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Service members sexually harassed more likely to be sexually assaulted: Pentagon study

Service members sexually harassed more likely to be sexually assaulted: Pentagon study
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Service members who are sexually harassed in the military are more likely to become sexually assaulted, according to a new study commissioned by the Defense Department (DOD).

The study, released on Tuesday and conducted by Rand Corp., found that sexual harassment and sexual assault in the military are “strongly linked,” with female service members who experienced sexual harassment 14 times more likely to indicate that they were also sexually assaulted. 

The odds were even worse for male service members. The study found that men who were sexually harassed in the past year were almost 50 times more likely to have been sexually assaulted in the same time period compared to those who had not recently experienced sexual harassment. 

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The study concludes that when sexual harassment is allowed to occur, it increases the likelihood that sexual assault will occur within the unit, and that the U.S. military should treat sexual harassment and assault as a “single underlying disorder,” instead of separate problems. 

The findings come as the Biden administration has begun a new push to address the pervasive issue of sexual assault and harassment in the military.

President BidenJoe BidenTrump: McConnell 'helpless' to stop Biden from packing court Biden, first lady send 'warmest greetings' to Muslims for Ramadan The business case for child care reform MORE last week ordered the launch of a civilian-led commission to address the problem. Lynn Rosenthal, formerly the first White House adviser on violence against women and a prominent gender violence expert, will lead the effort.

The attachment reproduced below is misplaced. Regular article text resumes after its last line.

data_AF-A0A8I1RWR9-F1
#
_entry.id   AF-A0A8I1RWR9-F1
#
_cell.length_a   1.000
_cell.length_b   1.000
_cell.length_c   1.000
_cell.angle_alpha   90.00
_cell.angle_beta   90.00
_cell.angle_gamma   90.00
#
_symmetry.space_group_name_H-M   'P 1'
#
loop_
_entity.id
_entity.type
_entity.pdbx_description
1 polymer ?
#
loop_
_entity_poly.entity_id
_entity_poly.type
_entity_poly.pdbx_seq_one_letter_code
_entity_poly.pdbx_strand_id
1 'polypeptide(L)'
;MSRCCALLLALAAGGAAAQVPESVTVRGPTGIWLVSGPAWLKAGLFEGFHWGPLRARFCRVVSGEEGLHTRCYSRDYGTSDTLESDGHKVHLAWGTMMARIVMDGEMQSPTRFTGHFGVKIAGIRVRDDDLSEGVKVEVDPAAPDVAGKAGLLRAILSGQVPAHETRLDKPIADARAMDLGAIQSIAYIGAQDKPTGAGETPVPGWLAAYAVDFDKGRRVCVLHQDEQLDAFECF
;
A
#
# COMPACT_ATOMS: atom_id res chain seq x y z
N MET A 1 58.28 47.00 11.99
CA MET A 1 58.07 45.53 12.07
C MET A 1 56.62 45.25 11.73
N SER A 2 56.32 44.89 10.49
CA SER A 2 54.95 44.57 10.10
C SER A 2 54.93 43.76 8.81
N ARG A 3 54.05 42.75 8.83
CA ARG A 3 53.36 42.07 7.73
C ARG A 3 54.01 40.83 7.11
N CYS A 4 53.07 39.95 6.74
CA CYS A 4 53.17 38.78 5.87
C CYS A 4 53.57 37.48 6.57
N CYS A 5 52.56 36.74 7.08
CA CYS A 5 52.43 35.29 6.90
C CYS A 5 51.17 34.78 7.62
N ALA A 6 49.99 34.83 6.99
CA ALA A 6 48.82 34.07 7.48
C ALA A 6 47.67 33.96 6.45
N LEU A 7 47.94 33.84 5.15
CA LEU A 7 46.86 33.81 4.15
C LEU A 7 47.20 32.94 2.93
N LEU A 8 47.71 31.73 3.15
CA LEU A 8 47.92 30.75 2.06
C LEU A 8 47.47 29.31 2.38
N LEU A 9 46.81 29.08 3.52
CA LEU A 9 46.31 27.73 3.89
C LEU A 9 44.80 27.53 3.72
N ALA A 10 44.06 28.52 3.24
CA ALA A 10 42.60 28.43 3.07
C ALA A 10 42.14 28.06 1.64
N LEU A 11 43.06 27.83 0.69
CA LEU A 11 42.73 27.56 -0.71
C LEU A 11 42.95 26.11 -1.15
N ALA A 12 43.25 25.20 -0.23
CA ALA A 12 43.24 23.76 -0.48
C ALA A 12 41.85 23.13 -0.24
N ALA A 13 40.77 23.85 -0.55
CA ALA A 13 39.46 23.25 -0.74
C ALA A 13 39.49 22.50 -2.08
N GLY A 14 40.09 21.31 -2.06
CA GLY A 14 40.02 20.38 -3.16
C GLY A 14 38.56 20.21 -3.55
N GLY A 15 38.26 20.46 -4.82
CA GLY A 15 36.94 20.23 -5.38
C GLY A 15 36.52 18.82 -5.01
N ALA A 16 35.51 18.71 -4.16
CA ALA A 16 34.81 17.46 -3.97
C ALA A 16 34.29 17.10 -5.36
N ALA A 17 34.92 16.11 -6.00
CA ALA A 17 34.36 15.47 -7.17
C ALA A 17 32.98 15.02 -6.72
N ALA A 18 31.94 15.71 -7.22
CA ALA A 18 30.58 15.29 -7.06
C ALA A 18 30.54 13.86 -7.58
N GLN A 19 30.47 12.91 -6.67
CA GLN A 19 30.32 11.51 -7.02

Defense Secretary Lloyd AustinLloyd AustinOvernight Defense: Biden nominating first female Army secretary | Israel gets tough on Iran amid nuclear talks | Army's top enlisted soldier 'very proud' of officer pepper sprayed by police Israel gets tough with Iran as Biden signals shift from Trump Biden to nominate first female Army secretary MORE has made it clear that tackling military sexual assault and harassment is one of his top priorities. 

But the longstanding problem has been difficult to pin down. Even as the Pentagon has thrown resources at the issue over the past 10 years, the number of reported instances of sexual assault has continued to rise in the military.

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The military’s struggles were put on prominent display in a viral video released last month in which a distressed female Marine expressed frustration at how a senior Marine Corps official allowed a fellow Marine to stay in the service after he sexually assaulted her, despite admitting guilt.

Austin, who told reporters he watched the video, said he found it “deeply disturbing.”

And in December, 14 leaders at Fort Hood, Texas, were relieved or suspended from their positions after an independent review of the base’s command was ordered to examine years of allegations of sexual assault and violence.

On average, female service members were 1.5 times more likely to be at risk of sexual assault when they worked in environments where sexual harassment was more common. And male service members' sexual assault risk increased by a factor of 1.8 when working in such environments, the report found. 

Certain military services were also more of a risk than others. Navy sailors were more than twice as likely to be sexually assaulted when working within units where sexual harassment occurred. The Air Force, meanwhile, was the least likely to report sexual harassment within units.

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The report concludes that disciplining service members for sexual harassment could diminish the likelihood of an assault further down the line, and it is easier to handle than the latter, as it is usually more visible. Sexual assault, by contrast, typically occur in private with only the victim and perpetrator present. 

“There are many more opportunities for colleagues to deliver social sanctions that communicate the unacceptability of the sexual harassment and for supervisors and commanders to deliver professional sanctions,” the report states. 

“Because sexual harassment can span from minor, inappropriate behavior to repeated, severe sexual harassment, there are also opportunities to sanction sexual harassment while the consequences are still relatively mild and more easily delivered.”